The Department of Veterans Affairs is modifying its rules for Streamline Mortgage loans, also known as VA Interest Rate Reduction Refinancing Loans or IRRRLs. The May 9 2014 edition of the Federal Register contains an update on the VA position on ability to repay guidelines for VA IRRRLs as well as “safe harbor” qualified mortgage standards.

According to the Federal Register, last year the Consumer Financial Protection Bureau (CFPB) published a revision of something called Regulation Z. This regulation establishes the guidelines for a qualified mortgage. “That CFPB final rulemaking also generally prohibits a creditor from making a mortgage loan unless the creditor determines that the consumer will have the ability to repay the loan” says the Federal Register.

The CFPB rule, “further identified two types of qualified mortgages. One type enjoys a rebuttable presumption that the creditor making the loan satisfied the borrower’s ability-to-repay requirements. With these types of loans, the presumption favors the assertion that the creditor complied with the ability-to-repay requirements unless the borrower proves—based on
information that the creditor was aware of at the time the loan was made—that the consumer would be left with insufficient residual income”.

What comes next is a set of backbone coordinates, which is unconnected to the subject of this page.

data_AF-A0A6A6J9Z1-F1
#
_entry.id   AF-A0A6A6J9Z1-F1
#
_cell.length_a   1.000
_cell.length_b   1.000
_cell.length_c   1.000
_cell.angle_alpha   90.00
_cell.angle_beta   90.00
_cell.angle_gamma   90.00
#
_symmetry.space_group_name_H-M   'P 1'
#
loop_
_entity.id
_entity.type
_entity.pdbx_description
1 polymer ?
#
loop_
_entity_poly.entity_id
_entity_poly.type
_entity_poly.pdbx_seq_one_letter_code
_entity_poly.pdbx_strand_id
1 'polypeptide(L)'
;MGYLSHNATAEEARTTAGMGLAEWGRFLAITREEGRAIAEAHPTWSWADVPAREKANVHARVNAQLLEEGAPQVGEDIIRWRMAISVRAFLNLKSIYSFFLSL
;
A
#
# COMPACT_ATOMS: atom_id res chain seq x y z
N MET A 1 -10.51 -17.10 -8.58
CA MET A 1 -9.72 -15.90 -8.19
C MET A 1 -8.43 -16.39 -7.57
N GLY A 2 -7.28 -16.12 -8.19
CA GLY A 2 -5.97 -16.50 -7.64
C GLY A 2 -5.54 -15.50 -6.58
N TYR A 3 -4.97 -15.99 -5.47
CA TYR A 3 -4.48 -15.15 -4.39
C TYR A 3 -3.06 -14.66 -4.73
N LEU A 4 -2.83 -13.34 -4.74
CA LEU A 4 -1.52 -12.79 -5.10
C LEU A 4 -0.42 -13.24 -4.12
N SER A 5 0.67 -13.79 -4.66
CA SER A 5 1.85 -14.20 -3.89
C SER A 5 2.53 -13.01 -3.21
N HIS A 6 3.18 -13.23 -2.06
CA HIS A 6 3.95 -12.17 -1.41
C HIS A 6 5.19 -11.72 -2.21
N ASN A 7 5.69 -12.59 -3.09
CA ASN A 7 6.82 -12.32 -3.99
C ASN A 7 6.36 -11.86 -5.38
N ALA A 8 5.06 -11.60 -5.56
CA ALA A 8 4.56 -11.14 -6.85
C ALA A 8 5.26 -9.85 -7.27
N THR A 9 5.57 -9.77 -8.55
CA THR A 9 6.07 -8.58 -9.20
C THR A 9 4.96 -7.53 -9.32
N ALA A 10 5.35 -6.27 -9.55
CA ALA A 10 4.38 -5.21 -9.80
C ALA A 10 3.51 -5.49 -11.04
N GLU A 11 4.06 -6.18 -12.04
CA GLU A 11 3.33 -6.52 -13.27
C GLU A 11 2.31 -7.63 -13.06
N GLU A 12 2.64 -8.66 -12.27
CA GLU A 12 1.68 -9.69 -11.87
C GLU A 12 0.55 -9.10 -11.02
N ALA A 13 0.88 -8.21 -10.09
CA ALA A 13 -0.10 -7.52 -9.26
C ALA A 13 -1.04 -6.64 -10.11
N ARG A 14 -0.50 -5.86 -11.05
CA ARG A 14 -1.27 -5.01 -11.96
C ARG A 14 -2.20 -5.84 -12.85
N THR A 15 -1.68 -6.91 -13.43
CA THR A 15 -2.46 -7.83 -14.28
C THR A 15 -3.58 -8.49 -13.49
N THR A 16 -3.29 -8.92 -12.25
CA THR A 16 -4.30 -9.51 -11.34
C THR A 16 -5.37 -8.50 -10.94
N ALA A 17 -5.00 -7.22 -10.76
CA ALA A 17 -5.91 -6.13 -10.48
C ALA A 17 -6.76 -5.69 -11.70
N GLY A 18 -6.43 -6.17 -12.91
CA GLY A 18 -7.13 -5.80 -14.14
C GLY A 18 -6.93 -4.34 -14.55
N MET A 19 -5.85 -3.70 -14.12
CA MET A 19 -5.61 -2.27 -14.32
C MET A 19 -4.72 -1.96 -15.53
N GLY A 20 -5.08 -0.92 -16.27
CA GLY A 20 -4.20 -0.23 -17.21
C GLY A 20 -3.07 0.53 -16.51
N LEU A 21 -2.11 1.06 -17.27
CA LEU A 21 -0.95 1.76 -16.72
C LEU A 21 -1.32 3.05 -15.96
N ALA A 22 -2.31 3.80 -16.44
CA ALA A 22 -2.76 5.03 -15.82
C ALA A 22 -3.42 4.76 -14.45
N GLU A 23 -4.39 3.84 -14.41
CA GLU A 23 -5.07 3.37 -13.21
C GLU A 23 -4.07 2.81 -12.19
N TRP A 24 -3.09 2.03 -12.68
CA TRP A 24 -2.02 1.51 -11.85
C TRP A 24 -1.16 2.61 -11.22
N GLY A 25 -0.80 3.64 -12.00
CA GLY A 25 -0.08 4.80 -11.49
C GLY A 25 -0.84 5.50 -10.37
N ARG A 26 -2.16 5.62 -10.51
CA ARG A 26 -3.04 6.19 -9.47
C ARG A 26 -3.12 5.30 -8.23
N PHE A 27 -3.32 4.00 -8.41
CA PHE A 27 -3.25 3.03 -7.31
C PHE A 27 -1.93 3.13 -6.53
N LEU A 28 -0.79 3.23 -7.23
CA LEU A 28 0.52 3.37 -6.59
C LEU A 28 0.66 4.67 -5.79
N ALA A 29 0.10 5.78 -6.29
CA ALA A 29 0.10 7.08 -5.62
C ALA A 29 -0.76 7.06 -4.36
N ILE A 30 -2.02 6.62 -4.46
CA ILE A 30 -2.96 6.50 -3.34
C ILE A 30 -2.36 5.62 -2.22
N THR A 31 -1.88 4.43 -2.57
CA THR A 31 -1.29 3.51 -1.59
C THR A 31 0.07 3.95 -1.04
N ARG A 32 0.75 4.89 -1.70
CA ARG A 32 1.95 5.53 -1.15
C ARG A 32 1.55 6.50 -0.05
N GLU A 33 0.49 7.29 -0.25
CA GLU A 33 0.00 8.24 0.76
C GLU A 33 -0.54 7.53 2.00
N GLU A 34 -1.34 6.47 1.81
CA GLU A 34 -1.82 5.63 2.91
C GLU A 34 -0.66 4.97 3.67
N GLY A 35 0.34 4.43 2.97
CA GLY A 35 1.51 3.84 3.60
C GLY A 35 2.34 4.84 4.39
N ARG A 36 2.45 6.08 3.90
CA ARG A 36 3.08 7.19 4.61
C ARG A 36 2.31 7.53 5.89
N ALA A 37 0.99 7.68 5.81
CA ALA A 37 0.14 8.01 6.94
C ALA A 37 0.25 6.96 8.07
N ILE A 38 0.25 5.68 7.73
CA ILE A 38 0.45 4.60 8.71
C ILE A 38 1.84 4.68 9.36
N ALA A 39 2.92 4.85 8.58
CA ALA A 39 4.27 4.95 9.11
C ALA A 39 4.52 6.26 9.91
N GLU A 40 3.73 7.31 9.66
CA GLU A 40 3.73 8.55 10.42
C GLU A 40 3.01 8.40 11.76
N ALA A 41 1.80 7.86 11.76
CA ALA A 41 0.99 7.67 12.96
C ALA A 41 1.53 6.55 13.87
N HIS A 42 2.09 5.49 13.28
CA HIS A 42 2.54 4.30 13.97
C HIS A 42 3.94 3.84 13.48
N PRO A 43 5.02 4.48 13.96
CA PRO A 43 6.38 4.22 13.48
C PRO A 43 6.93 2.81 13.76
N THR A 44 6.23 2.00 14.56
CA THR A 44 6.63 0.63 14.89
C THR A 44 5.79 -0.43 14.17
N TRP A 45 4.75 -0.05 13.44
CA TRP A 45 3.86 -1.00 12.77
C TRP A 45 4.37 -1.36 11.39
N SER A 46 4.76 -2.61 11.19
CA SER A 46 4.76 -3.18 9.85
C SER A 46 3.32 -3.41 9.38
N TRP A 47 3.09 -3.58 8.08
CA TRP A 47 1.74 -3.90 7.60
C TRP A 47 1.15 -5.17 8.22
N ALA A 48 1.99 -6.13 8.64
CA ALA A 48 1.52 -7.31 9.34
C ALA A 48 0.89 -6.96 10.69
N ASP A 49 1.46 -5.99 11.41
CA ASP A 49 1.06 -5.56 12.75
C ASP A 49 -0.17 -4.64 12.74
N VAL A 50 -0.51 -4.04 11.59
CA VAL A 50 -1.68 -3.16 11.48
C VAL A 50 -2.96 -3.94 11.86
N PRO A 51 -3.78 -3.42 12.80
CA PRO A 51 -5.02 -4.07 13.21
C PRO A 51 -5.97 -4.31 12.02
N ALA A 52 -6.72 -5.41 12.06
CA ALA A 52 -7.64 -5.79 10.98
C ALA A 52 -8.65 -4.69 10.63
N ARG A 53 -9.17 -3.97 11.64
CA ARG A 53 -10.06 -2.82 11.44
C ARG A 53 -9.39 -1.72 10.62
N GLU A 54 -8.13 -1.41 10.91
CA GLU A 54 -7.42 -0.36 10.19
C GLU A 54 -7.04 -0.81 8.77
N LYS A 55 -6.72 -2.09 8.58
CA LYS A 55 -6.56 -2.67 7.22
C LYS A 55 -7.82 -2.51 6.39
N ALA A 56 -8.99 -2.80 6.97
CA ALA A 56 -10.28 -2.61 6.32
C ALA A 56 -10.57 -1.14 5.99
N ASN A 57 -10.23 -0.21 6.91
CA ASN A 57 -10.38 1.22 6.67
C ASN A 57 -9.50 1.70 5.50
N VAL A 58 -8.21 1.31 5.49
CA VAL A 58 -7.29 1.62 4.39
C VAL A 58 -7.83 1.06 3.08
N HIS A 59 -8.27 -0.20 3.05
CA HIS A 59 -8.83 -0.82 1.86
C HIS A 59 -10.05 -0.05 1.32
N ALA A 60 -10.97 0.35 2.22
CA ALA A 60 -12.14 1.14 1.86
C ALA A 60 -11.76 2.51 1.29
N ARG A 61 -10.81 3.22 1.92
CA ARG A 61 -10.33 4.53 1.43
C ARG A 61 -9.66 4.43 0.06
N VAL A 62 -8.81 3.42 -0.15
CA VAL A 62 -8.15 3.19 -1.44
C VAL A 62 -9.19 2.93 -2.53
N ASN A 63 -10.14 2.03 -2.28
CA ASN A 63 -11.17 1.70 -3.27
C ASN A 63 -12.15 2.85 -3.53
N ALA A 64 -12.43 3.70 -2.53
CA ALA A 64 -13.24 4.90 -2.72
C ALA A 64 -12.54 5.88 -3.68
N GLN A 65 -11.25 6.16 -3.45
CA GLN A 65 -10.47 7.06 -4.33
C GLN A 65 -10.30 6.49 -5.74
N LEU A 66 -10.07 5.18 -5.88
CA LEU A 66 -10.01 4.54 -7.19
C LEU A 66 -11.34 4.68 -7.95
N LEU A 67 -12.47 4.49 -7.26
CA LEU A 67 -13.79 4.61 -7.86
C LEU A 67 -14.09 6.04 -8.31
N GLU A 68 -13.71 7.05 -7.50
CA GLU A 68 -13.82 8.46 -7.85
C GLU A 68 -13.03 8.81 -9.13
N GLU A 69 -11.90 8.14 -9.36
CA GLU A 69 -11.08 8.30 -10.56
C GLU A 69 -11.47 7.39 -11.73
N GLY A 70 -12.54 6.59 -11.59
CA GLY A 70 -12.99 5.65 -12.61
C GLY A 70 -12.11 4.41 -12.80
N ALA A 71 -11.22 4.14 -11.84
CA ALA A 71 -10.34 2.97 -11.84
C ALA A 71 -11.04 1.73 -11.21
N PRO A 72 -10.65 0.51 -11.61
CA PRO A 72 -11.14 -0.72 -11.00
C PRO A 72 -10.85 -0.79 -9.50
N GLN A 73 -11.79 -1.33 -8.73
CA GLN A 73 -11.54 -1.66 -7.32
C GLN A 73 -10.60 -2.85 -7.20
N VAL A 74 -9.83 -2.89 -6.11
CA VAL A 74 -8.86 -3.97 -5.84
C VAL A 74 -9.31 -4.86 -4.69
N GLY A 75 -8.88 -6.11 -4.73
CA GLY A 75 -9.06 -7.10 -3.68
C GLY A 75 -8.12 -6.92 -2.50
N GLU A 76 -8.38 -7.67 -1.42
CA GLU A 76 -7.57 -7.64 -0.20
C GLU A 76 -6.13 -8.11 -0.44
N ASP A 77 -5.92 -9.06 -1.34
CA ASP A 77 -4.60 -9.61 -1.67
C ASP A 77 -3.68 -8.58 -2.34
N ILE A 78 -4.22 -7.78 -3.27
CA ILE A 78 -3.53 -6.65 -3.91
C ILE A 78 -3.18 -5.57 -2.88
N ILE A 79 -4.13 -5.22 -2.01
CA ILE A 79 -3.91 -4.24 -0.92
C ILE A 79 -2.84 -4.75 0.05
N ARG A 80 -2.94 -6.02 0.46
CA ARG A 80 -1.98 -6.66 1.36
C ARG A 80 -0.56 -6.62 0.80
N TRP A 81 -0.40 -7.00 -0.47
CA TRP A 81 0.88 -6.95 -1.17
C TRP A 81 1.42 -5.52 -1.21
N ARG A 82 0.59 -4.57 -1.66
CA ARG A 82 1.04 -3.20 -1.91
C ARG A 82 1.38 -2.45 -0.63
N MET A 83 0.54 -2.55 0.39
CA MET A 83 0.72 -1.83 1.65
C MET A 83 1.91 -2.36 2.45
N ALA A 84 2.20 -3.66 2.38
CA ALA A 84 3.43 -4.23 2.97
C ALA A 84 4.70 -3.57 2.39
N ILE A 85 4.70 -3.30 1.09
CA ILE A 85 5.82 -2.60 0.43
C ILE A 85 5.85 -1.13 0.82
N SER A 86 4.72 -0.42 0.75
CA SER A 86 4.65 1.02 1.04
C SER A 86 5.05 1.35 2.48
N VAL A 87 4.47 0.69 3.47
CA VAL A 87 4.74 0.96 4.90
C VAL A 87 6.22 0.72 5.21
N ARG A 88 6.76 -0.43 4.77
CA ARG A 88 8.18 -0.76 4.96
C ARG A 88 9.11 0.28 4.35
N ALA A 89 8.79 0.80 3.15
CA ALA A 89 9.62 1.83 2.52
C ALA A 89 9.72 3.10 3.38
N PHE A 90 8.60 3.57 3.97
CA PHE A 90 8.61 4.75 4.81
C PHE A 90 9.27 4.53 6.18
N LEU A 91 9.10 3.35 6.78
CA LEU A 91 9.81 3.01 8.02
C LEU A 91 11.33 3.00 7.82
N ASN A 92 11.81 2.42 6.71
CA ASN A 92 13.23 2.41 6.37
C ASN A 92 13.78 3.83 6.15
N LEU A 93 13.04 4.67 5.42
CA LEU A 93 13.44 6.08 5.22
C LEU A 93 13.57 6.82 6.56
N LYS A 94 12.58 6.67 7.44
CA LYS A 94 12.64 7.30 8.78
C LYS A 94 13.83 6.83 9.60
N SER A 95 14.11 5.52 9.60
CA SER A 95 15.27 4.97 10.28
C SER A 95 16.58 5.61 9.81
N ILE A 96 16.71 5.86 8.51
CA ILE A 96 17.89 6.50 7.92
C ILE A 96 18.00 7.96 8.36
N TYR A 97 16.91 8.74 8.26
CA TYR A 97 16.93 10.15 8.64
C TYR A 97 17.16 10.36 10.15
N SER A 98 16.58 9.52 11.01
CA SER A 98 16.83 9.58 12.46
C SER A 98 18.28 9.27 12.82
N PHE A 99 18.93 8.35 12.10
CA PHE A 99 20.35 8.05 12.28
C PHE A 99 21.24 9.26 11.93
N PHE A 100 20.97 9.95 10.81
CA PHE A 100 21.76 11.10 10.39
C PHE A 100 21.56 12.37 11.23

The other type of loan, “safe harbor” qualified mortgage loans, “are those that are considered to have conclusively met all requirements of a qualified mortgage and a borrower’s ability to repay a loan.”

The VA changes will help define which types of loans are qualified mortgages and and which ones are “rebuttable presumption” loans. The changes have not at the time of this writing been made into what is known as a “final rule”,

But what does it all mean? According to the Federal Register, “VA does not have authority to state with legal effect the proper interpretation of CFPB’s rules. CFPB has the authority to interpret, enforce, and amend the rules CFPB promulgates...As a result, VA’s approach in this rule is to define which VA loans satisfy the qualified mortgage requirements, notwithstanding other limitations. In other words, VA may not be able to provide a definitive interpretation of
CFPB’s rule, but VA can make sure that VA’s rule removes stakeholder uncertainties concerning VA loans.”

We’ll cover the changes when they become published as part of the VA Final Rule on the subject later this year.